The Union Cabinet has approved the Constitution Amendment Bill on goods and services tax (GST), which will pave the way to bring about long-standing indirect tax reforms. The GST bill, with a goal to unify markets and avoid tax cascades, is likely to be tabled in the Parliament during the ongoing Winter session.
The government is aiming at rolling out the goods and service tax (GST) from April 1, 2016. The new bill will end the disparity in VAT and establish a nationwide indirect tax regime. The efforts were stalled for around seven years, but the Modi government is determined to make it a reality soon.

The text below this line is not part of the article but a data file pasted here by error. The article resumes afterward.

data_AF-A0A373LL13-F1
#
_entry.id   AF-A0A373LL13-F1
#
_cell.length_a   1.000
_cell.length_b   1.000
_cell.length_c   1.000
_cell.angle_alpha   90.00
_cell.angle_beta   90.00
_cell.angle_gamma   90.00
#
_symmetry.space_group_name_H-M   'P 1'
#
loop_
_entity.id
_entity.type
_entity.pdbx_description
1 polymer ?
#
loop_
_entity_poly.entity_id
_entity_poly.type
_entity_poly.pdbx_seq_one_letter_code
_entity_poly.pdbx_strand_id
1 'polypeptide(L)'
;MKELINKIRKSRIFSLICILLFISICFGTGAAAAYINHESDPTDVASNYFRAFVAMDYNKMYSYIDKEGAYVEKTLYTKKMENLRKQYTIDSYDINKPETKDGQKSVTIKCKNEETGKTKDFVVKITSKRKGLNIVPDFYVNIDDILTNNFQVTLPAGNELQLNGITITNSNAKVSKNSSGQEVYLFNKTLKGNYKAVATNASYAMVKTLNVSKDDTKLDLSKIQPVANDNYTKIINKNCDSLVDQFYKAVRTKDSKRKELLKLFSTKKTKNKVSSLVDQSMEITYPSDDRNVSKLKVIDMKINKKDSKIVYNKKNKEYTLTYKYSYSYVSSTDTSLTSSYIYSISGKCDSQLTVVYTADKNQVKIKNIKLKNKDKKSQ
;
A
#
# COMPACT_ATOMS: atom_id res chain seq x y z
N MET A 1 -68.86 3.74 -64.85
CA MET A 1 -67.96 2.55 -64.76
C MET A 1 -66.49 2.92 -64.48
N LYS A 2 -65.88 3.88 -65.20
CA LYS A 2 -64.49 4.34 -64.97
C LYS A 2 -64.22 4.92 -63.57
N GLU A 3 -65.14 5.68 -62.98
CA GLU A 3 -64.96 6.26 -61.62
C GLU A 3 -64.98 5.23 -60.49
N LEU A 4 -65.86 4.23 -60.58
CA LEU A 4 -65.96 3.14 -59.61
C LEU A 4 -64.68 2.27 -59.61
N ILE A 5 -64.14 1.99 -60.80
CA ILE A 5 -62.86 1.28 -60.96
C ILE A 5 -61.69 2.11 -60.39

The GST Bill was last introduced in the Lok Sabha in 2011 by the then UPA government, but failed to go through. In a bid to woo the states, the government has decided to keep petroleum out of GST for a few years so that the states agree to entry tax being subsumed in the new tax regime.
Under the new indirect tax regime, there will be uniformity in the prices of all goods and items, as all states will follow the same tax structure. The proposed GST council will have key powers such as inclusion/exclusion of items. The Centre will retain veto power in the council, although it represents one-third of the quorum. The bill also provides compensation to the states for any revenue loss because of GST roll out.